Becoming a teacher of the deaf and hard of hearing

By Anthony Elia, NJEA Preservice Vice President

Becoming a teacher has been my passion since I was in the second grade, but it wasn’t until my junior year of high school that I had decided I wanted to be a teacher for the d/Deaf* and hard of hearing. Many people have asked me why I chose this path.

I was diagnosed as profoundly deaf at the age of three and initially received instruction in what is known as the oral approach to learning speech and language. At the age of 10, however, I received a cochlear implant, which is a surgically implanted electronic device that provides a sense of sound to a person who is profoundly deaf or severely hard of hearing. Until then, I had worn hearing aids.

I would not be where I am today without the help I received from the dedicated teachers, paraprofessionals and speech therapists I have had over the years. As an early elementary school student, I attended a school in Midland Park that had an excellent program for persons with hearing impairments, but in fifth grade I was mainstreamed into my local public school in Fair Lawn. I am currently a senior at The College of New Jersey (TCNJ), preparing to continue toward earning a master’s degree there.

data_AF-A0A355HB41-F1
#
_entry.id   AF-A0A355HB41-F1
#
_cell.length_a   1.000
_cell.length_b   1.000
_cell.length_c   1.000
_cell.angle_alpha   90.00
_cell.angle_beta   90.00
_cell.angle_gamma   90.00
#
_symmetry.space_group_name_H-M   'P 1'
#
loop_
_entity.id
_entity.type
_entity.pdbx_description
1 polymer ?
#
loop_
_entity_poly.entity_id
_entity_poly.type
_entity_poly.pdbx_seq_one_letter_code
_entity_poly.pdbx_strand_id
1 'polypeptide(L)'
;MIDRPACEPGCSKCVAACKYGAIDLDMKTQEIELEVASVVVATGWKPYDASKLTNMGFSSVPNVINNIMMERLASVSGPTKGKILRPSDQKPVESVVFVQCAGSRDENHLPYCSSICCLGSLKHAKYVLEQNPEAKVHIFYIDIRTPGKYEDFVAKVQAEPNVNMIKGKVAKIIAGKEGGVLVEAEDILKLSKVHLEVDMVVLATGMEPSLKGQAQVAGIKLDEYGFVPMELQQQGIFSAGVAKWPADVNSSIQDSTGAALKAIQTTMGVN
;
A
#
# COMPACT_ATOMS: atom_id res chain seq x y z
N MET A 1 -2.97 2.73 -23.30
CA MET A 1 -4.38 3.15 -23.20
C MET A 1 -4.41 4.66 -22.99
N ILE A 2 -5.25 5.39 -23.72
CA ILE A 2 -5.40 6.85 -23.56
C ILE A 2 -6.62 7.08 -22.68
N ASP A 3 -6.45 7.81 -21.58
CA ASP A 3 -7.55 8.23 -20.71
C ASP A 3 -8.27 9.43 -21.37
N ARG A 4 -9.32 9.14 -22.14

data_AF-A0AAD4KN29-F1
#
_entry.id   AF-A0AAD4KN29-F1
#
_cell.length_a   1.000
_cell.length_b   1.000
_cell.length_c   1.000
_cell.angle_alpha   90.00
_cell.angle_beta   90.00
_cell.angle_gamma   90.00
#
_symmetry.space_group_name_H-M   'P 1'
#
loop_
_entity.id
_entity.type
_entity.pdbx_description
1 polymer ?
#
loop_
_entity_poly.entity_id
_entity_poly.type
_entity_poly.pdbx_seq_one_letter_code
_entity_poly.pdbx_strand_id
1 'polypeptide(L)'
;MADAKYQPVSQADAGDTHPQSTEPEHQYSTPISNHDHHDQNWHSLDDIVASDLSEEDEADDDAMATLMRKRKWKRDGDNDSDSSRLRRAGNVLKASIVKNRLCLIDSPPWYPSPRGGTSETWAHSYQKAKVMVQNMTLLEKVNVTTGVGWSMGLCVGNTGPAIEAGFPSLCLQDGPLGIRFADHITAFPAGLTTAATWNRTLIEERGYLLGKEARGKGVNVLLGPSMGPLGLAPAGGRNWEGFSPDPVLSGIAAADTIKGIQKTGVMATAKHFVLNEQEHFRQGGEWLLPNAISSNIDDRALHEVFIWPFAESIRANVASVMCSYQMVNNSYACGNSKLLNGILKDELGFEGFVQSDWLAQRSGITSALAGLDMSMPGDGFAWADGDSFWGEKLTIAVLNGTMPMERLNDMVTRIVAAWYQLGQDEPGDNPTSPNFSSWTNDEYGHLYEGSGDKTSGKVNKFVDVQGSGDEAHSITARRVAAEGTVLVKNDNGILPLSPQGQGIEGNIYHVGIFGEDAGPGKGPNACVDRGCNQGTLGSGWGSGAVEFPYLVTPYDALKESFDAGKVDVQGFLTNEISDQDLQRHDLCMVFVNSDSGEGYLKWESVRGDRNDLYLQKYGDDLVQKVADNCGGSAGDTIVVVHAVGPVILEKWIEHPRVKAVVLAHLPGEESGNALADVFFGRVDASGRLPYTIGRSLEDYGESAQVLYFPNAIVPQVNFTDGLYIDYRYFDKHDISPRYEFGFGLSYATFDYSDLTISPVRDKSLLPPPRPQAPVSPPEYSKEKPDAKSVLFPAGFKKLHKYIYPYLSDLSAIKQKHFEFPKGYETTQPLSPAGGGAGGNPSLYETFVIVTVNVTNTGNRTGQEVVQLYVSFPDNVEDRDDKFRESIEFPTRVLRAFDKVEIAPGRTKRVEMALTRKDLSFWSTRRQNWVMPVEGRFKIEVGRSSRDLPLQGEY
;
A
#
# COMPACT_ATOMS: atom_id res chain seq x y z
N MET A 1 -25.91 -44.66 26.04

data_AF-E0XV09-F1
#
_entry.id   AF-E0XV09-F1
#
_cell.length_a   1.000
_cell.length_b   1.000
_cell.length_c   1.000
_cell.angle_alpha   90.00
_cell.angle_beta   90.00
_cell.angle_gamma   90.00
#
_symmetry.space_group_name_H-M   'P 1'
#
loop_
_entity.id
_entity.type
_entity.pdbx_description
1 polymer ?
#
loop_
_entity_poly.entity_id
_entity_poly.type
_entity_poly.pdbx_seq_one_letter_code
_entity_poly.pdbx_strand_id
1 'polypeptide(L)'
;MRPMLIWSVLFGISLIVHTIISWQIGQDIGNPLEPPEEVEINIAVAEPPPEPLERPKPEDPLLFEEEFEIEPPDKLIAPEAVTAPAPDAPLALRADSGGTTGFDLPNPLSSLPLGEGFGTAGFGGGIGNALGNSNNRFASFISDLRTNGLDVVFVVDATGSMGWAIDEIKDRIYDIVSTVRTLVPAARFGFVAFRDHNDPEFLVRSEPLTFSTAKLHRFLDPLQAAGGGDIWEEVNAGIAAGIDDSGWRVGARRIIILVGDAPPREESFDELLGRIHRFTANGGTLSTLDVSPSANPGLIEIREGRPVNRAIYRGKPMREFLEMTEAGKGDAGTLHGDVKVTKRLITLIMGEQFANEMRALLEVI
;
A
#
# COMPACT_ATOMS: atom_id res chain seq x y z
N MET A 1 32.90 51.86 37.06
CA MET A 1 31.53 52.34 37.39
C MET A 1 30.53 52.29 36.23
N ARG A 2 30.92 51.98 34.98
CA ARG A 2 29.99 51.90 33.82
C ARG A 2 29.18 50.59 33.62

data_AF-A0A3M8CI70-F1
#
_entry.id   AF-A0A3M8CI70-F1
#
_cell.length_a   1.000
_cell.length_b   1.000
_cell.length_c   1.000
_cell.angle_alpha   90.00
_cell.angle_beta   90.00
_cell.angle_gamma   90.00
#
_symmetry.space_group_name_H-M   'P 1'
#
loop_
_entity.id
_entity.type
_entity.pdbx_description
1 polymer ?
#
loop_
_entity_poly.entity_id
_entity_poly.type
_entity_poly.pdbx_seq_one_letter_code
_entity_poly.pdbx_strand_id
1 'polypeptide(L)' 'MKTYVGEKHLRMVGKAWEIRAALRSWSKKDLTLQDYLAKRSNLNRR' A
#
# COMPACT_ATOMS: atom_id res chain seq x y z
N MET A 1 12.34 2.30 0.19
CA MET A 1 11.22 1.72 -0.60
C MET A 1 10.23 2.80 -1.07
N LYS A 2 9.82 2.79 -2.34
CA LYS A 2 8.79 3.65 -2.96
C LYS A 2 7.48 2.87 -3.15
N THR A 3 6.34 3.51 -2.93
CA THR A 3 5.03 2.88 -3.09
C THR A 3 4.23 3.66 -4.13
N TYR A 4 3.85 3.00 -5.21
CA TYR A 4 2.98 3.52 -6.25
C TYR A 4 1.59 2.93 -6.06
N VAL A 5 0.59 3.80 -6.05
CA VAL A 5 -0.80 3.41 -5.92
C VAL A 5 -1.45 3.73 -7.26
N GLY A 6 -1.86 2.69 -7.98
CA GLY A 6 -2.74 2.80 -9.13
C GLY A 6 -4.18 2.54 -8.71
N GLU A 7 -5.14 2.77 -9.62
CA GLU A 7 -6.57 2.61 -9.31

TCNJ does a phenomenal job preparing educators to work in the field of d/Deaf and hard of hearing education. The program begins with speech and language classes where students work with audiograms, which are a graphic representation of hearing ability. Students take three levels of American Sign Language classes, which are a lot of fun; you are required to test what you know by going to d/Deaf events in the community and signing.

In addition, TCNJ gets students started with field experience early in their college career. I am currently completing my final practicum experience in a fifth-grade history classroom at Katzenbach School for the Deaf. I previously experienced preschool at Summit Speech School. Having the chance to be able to go to these schools and practice teaching before actually entering the d/Deaf and hard of hearing field is invaluable, and I am thankful for that opportunity.

I recommend pursuing a degree in d/Deaf and hard of hearing education for anyone interested in teaching. It is challenging but, rewarding.

I look forward to being a teacher of the d/Deaf, working with d/Deaf and hard of hearing children, and creating the next generation of leaders in education and in NJEA.

 

*d/Deaf is used to differentiate between “deaf” meaning a loss of hearing, and “Deaf,” in reference to the Deaf community.

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